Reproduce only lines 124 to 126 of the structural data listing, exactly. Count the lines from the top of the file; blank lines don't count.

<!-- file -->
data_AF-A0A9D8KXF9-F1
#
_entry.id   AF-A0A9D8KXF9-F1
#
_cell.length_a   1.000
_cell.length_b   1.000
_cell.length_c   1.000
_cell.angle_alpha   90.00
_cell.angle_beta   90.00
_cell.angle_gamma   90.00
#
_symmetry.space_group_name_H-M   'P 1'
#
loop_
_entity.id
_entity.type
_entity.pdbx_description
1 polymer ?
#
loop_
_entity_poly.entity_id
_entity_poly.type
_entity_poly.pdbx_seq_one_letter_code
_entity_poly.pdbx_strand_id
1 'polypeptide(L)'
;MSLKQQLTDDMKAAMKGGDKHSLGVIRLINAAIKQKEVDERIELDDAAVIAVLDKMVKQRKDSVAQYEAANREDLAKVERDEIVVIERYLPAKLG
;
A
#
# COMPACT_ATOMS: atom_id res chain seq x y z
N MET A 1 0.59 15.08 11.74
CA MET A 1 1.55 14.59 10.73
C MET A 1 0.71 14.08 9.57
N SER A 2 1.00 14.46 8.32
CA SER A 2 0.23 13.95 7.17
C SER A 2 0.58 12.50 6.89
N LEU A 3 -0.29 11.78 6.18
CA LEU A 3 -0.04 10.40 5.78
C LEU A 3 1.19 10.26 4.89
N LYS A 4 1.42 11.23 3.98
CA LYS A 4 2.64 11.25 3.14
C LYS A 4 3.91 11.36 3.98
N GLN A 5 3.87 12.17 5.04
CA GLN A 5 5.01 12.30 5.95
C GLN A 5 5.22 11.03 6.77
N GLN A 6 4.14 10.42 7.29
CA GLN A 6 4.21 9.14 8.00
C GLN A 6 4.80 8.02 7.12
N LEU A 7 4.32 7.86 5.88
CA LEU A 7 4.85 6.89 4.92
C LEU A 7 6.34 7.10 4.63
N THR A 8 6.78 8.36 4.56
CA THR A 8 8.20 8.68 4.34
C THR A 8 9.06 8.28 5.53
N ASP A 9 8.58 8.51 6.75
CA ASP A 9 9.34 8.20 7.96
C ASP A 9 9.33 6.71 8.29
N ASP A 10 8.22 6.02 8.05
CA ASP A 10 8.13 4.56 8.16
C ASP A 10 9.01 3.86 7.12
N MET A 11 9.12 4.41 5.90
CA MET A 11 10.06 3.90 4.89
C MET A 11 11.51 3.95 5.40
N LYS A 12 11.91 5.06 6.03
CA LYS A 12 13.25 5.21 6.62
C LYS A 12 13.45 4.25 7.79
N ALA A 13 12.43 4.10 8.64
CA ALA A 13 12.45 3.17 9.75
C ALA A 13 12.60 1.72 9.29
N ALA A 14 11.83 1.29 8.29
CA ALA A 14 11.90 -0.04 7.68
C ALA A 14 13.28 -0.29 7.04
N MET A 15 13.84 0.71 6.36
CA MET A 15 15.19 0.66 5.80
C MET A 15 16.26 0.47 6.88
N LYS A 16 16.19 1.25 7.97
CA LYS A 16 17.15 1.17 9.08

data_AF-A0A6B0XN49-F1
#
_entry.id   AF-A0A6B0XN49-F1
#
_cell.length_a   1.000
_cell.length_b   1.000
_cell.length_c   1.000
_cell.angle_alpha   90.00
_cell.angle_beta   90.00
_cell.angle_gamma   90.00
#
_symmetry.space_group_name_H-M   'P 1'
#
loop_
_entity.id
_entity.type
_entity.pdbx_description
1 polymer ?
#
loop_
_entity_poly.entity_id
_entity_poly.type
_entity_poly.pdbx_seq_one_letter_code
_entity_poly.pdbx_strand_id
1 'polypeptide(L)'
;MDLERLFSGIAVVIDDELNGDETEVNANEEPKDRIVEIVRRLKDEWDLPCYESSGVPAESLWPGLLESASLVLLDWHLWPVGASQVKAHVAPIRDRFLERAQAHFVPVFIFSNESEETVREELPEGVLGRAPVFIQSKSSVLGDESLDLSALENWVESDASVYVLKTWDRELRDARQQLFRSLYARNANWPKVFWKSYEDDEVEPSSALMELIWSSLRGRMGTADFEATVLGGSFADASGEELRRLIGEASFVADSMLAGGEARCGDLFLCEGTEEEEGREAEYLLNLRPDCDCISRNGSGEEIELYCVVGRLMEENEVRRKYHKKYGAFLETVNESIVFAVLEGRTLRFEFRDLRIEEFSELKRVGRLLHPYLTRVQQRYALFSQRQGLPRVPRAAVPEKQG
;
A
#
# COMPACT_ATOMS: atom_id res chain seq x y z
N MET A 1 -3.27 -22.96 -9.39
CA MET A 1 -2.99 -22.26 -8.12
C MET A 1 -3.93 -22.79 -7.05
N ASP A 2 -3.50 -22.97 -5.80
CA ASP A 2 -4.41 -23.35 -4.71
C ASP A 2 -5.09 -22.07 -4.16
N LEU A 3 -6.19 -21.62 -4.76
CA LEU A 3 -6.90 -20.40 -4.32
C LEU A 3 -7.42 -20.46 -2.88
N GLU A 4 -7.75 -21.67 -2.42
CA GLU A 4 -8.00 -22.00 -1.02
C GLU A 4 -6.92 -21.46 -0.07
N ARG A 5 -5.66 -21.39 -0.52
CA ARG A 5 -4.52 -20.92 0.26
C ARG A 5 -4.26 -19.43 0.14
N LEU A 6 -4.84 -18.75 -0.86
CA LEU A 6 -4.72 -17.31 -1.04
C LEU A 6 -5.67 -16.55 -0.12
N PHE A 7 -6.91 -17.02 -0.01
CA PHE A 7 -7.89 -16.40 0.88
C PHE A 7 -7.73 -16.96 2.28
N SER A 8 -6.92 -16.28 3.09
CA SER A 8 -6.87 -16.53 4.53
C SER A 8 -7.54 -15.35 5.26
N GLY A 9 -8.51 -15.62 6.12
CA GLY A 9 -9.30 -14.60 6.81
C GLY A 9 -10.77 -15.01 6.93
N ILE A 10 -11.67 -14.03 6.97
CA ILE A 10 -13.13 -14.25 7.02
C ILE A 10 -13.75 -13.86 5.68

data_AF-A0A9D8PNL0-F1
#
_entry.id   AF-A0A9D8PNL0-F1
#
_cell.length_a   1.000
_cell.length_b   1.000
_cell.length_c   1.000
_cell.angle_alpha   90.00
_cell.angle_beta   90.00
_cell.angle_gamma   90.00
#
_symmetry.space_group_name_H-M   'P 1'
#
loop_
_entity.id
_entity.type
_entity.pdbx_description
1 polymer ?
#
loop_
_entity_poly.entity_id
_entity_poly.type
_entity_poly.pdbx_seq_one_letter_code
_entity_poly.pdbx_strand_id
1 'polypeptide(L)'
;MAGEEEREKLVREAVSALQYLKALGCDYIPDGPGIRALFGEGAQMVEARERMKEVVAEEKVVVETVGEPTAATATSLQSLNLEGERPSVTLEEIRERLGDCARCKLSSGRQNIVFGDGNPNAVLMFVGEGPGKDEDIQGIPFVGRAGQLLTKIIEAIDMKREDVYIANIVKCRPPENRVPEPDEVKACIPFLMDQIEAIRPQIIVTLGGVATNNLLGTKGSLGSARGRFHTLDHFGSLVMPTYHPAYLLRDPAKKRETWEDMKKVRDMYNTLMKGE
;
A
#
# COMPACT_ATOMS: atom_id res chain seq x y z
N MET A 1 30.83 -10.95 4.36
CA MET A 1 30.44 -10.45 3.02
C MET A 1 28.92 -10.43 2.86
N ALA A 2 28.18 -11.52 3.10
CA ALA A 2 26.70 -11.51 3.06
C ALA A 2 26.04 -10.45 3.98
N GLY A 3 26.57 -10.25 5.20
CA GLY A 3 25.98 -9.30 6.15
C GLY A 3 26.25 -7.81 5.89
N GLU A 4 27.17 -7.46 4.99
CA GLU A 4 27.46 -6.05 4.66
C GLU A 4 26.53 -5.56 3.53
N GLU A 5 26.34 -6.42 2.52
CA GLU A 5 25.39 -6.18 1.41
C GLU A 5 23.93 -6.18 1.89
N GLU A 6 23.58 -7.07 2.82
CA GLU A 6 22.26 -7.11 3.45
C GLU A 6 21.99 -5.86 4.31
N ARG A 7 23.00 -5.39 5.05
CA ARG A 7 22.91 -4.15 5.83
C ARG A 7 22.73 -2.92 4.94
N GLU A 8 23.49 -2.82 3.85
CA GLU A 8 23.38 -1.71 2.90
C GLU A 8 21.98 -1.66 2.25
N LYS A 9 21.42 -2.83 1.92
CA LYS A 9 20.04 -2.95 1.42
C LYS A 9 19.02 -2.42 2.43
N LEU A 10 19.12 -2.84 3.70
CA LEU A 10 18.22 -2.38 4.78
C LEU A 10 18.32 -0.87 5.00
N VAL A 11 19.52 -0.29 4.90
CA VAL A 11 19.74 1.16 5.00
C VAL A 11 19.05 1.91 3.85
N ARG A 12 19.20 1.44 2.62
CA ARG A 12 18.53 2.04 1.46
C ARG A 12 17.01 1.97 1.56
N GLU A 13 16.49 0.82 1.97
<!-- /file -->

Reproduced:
CA LEU A 6 -4.72 -17.31 -1.04
C LEU A 6 -5.67 -16.55 -0.12
N PHE A 7 -6.91 -17.02 -0.01